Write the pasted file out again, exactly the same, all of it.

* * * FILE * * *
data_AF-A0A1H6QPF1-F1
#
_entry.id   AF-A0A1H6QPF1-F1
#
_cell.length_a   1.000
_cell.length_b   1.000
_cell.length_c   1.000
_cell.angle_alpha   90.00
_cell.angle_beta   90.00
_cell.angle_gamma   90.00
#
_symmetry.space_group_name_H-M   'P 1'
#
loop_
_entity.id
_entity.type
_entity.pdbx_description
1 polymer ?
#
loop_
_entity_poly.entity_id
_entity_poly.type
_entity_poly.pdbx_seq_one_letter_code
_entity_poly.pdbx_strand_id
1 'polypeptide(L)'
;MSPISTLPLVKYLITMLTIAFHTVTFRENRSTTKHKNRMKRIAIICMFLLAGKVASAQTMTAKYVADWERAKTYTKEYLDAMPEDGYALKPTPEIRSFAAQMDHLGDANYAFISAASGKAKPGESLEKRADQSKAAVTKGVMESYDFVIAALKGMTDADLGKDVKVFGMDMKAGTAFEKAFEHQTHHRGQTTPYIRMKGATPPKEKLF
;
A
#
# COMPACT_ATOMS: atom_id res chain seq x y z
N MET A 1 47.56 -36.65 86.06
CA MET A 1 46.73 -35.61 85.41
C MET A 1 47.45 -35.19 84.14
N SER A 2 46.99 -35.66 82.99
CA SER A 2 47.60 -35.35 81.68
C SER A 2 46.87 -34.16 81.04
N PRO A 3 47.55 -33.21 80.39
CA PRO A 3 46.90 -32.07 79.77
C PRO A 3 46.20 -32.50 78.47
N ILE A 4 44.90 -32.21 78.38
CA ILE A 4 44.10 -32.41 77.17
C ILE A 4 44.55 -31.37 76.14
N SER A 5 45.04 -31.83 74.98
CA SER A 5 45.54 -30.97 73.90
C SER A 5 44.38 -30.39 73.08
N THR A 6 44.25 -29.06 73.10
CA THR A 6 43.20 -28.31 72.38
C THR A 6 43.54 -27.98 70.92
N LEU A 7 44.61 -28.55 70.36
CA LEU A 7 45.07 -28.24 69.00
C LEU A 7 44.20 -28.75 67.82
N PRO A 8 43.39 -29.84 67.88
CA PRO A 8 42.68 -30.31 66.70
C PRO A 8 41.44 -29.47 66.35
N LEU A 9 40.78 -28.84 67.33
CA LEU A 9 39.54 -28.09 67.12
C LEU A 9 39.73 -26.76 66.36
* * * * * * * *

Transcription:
data_AF-A0A1H6QPF1-F1
#
_entry.id   AF-A0A1H6QPF1-F1
#
_cell.length_a   1.000
_cell.length_b   1.000
_cell.length_c   1.000
_cell.angle_alpha   90.00
_cell.angle_beta   90.00
_cell.angle_gamma   90.00
#
_symmetry.space_group_name_H-M   'P 1'
#
loop_
_entity.id
_entity.type
_entity.pdbx_description
1 polymer ?
#
loop_
_entity_poly.entity_id
_entity_poly.type
_entity_poly.pdbx_seq_one_letter_code
_entity_poly.pdbx_strand_id
1 'polypeptide(L)'
;MSPISTLPLVKYLITMLTIAFHTVTFRENRSTTKHKNRMKRIAIICMFLLAGKVASAQTMTAKYVADWERAKTYTKEYLDAMPEDGYALKPTPEIRSFAAQMDHLGDANYAFISAASGKAKPGESLEKRADQSKAAVTKGVMESYDFVIAALKGMTDADLGKDVKVFGMDMKAGTAFEKAFEHQTHHRGQTTPYIRMKGATPPKEKLF
;
A
#
# COMPACT_ATOMS: atom_id res chain seq x y z
N MET A 1 47.56 -36.65 86.06
CA MET A 1 46.73 -35.61 85.41
C MET A 1 47.45 -35.19 84.14
N SER A 2 46.99 -35.66 82.99
CA SER A 2 47.60 -35.35 81.68
C SER A 2 46.87 -34.16 81.04
N PRO A 3 47.55 -33.21 80.39
CA PRO A 3 46.90 -32.07 79.77
C PRO A 3 46.20 -32.50 78.47
N ILE A 4 44.90 -32.21 78.38
CA ILE A 4 44.10 -32.41 77.17
C ILE A 4 44.55 -31.37 76.14
N SER A 5 45.04 -31.83 74.98
CA SER A 5 45.54 -30.97 73.90
C SER A 5 44.38 -30.39 73.08
N THR A 6 44.25 -29.06 73.10
CA THR A 6 43.20 -28.31 72.38
C THR A 6 43.54 -27.98 70.92
N LEU A 7 44.61 -28.55 70.36
CA LEU A 7 45.07 -28.24 69.00
C LEU A 7 44.20 -28.75 67.82
N PRO A 8 43.39 -29.84 67.88
CA PRO A 8 42.68 -30.31 66.70
C PRO A 8 41.44 -29.47 66.35
N LEU A 9 40.78 -28.84 67.33
CA LEU A 9 39.54 -28.09 67.12
C LEU A 9 39.73 -26.76 66.36